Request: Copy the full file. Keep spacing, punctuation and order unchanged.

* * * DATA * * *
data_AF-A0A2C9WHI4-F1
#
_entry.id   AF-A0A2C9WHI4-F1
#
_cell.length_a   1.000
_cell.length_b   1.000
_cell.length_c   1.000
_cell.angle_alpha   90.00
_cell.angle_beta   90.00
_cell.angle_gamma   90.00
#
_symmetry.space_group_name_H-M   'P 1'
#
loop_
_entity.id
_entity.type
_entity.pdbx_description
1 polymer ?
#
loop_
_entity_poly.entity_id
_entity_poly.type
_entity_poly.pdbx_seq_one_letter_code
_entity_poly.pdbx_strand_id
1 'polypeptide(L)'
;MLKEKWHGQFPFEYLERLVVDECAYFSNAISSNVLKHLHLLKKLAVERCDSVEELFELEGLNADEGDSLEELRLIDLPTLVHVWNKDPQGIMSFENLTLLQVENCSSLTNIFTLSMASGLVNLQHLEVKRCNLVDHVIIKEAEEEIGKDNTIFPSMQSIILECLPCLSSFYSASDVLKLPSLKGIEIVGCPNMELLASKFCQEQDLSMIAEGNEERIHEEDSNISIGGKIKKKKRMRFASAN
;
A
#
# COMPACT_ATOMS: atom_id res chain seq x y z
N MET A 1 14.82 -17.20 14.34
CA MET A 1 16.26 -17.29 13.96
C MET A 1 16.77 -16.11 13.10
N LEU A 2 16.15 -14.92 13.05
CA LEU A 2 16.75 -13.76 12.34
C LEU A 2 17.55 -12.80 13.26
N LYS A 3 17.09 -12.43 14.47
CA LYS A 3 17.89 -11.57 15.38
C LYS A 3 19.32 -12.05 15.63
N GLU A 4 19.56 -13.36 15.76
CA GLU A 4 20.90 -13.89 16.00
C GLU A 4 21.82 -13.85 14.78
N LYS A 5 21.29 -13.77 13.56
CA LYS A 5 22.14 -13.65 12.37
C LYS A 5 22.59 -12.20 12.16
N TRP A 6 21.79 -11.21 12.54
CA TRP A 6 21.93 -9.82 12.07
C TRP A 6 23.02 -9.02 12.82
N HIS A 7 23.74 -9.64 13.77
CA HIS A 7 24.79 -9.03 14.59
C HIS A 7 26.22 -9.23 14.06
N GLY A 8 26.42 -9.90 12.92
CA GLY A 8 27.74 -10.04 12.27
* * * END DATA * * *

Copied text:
data_AF-A0A2C9WHI4-F1
#
_entry.id   AF-A0A2C9WHI4-F1
#
_cell.length_a   1.000
_cell.length_b   1.000
_cell.length_c   1.000
_cell.angle_alpha   90.00
_cell.angle_beta   90.00
_cell.angle_gamma   90.00
#
_symmetry.space_group_name_H-M   'P 1'
#
loop_
_entity.id
_entity.type
_entity.pdbx_description
1 polymer ?
#
loop_
_entity_poly.entity_id
_entity_poly.type
_entity_poly.pdbx_seq_one_letter_code
_entity_poly.pdbx_strand_id
1 'polypeptide(L)'
;MLKEKWHGQFPFEYLERLVVDECAYFSNAISSNVLKHLHLLKKLAVERCDSVEELFELEGLNADEGDSLEELRLIDLPTLVHVWNKDPQGIMSFENLTLLQVENCSSLTNIFTLSMASGLVNLQHLEVKRCNLVDHVIIKEAEEEIGKDNTIFPSMQSIILECLPCLSSFYSASDVLKLPSLKGIEIVGCPNMELLASKFCQEQDLSMIAEGNEERIHEEDSNISIGGKIKKKKRMRFASAN
;
A
#
# COMPACT_ATOMS: atom_id res chain seq x y z
N MET A 1 14.82 -17.20 14.34
CA MET A 1 16.26 -17.29 13.96
C MET A 1 16.77 -16.11 13.10
N LEU A 2 16.15 -14.92 13.05
CA LEU A 2 16.75 -13.76 12.34
C LEU A 2 17.55 -12.80 13.26
N LYS A 3 17.09 -12.43 14.47
CA LYS A 3 17.89 -11.57 15.38
C LYS A 3 19.32 -12.05 15.63
N GLU A 4 19.56 -13.36 15.76
CA GLU A 4 20.90 -13.89 16.00
C GLU A 4 21.82 -13.85 14.78
N LYS A 5 21.29 -13.77 13.56
CA LYS A 5 22.14 -13.65 12.37
C LYS A 5 22.59 -12.20 12.16
N TRP A 6 21.79 -11.21 12.54
CA TRP A 6 21.93 -9.82 12.07
C TRP A 6 23.02 -9.02 12.82
N HIS A 7 23.74 -9.64 13.77
CA HIS A 7 24.79 -9.03 14.59
C HIS A 7 26.22 -9.23 14.06
N GLY A 8 26.42 -9.90 12.92
CA GLY A 8 27.74 -10.04 12.27